The problematic biomass, IMO, is where forests are cut and not replanted.  Sometimes the real goal is not to produce biomass but to make the land available for cattle or farming.

Policy and solutions / Re: Coal
« on: April 19, 2017, 05:42:32 AM »
Burning biomass does not de-sequester fossil fuel carbon.  As long as we have a good replant process we should be able to burn some biofuel without hurting ourselves too much.

Much less hurt than burning coal.

And I think we tend to overlook the carbon that trees and other plants do sequester in their root systems.  A tree can have as much mass below ground as above.  If we cut off the top for fuel we're only taking half of what that tree has pulled out of the atmosphere.  It could be that by harvesting mature trees and replanting in their place we actually get more carbon underground than leaving the tree to stand then eventually die and rot, releasing its above ground carbon.

Long run we probably ought not plan on making biomass from  trees a major part of our fuel system.  But during the transition it's probably better to burn biomass than coal.

Policy and solutions / Re: Oil and Gas Issues
« on: April 19, 2017, 05:35:12 AM »
From that article -

Shale funders look at the economics today and see a lot of projects that work in the $40 to $55 range,

OPEC wants to push oil prices to $60.  At $60 the price of gas would be around $2.35/gallon plus tax.  That would be good for EVs.  Good, not great.  It would make it about half as much per mile for an EV vs. a 40 MPG ICEV (plus oil changes).

Policy and solutions / Re: But, but, but, the United States
« on: April 19, 2017, 05:26:43 AM »
At about $100/kWh for cells EVs hit production cost parity with ICEVs.  We're probably going to see $100 cells by 2020.

Obviously more expensive oil will push people to EVs.  But if EVs are cheaper to purchase and at least a little cheaper to operate they will take over the market.

Think about all the people who are concerned about climate change and are willing to do something if it doesn't cost them a lot.  Now think about the choice they'll make if they can do something about climate change if it saves them some money.

Policy and solutions / Re: But, but, but Germany ....
« on: April 19, 2017, 05:22:07 AM »
Wiki says -

"Solar power in Germany consists almost exclusively of photovoltaics (PV) and accounted for an estimated 6.2 to 6.9 percent of the country's net-electricity generation in 2014"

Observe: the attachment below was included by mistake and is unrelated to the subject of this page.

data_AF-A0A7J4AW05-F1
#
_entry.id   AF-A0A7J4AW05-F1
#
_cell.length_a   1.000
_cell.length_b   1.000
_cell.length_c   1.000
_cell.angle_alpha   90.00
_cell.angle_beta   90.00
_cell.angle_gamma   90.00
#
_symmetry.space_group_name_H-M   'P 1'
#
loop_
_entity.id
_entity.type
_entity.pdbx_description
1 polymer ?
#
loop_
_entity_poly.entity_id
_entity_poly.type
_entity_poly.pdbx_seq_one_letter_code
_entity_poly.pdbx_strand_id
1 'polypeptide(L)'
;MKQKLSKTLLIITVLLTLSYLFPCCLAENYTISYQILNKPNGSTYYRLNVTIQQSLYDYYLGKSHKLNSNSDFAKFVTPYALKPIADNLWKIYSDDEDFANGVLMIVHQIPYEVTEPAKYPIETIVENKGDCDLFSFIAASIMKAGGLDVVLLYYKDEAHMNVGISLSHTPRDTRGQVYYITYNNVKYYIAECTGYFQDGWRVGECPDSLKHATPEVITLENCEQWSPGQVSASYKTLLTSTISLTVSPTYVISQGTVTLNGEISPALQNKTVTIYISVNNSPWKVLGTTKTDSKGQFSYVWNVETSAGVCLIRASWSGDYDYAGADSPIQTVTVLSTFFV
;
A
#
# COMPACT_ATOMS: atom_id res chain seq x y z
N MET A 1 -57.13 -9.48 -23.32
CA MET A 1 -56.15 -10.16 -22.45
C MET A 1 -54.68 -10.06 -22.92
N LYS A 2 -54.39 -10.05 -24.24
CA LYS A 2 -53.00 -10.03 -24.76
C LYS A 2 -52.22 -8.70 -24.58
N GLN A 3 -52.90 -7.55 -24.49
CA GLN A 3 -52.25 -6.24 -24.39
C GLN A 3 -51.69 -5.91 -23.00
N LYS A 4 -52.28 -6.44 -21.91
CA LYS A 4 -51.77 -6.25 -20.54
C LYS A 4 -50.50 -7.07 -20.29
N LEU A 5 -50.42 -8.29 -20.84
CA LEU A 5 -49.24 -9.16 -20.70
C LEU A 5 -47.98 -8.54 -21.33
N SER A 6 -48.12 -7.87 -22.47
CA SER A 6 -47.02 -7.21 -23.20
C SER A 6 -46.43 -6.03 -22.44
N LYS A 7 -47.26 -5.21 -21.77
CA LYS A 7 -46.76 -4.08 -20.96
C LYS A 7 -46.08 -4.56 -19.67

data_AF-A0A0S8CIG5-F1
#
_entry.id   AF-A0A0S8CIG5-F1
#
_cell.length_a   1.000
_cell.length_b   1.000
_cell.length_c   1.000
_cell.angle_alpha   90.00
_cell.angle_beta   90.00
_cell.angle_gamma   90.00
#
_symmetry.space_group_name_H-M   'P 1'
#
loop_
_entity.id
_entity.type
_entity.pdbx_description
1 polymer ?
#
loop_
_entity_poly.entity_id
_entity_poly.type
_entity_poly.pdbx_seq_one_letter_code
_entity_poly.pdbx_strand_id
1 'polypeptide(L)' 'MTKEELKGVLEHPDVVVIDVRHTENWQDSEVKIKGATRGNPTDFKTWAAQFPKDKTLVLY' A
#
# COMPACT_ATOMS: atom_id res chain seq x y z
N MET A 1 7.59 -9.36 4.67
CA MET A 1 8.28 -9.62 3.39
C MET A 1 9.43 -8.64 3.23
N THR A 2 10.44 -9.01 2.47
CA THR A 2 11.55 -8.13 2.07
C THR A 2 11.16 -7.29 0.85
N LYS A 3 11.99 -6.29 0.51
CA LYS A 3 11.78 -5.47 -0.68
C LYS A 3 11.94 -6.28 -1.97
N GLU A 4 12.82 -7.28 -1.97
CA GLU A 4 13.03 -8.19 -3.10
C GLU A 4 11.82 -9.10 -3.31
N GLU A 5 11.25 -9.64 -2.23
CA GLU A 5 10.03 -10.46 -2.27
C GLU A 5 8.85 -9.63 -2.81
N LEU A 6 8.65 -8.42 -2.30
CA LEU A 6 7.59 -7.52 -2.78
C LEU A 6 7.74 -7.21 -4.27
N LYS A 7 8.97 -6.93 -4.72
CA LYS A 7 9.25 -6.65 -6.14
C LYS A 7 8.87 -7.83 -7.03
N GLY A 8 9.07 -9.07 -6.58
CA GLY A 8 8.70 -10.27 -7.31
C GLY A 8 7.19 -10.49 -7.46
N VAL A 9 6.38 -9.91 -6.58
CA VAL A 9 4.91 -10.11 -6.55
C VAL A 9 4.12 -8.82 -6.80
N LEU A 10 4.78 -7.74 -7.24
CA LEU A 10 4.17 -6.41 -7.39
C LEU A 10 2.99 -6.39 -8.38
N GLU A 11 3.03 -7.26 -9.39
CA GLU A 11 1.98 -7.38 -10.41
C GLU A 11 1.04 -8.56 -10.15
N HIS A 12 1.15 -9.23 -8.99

Eyeballing the numbers it looks like Germany has really cut back on solar after 2012 but has ramped up wind.  330% increase in offshore wind from 2014 to 2015.

Looks like they were about 20 years too optimistic for the self-driving car stuff.

Flying cars?  Better batteries and we might see them.  But I don't see a big need.  Perhaps some sort of low cost flying bus service to get to places where roads won't get you in a hurry.

Google says it's 57 miles from my house to the grocery store and takes about an hour and a half to drive (windy mountain road).  It probably takes a little longer than that, Google doesn't know how bad part of the road is.

Straight line, flying taxi, 34 miles.  20 minutes?  I might pay some more to fly some of the time. 

Policy and solutions / Re: But, but, but, the United States
« on: April 19, 2017, 02:36:09 AM »
In 2015 we sourced our domestic natural gas -

Oil wells = 6,452,680 million cu ft
Shale gas wells = 15,475,887 million cu ft
Coal bed wells  = 1,181,320 million cu ft

28% of our NG from oil wells.  If the price of oil goes up we drill fewer oil wells and produce less NG as a secondary product.  If the price of oil goes down then we drill more oil wells.

As per my comments on the car thread, a drop in oil demand will drop the oil price which will make ICE's more competitive.

True.  But in short years a new car buyer should be looking at two identical cars, other than the propulsion system.  One will cost less, be less onerous to power, require less maintenance, and offer a better ride.

Will most buyers purchase the more expensive, larger hassle vehicle or the less/less?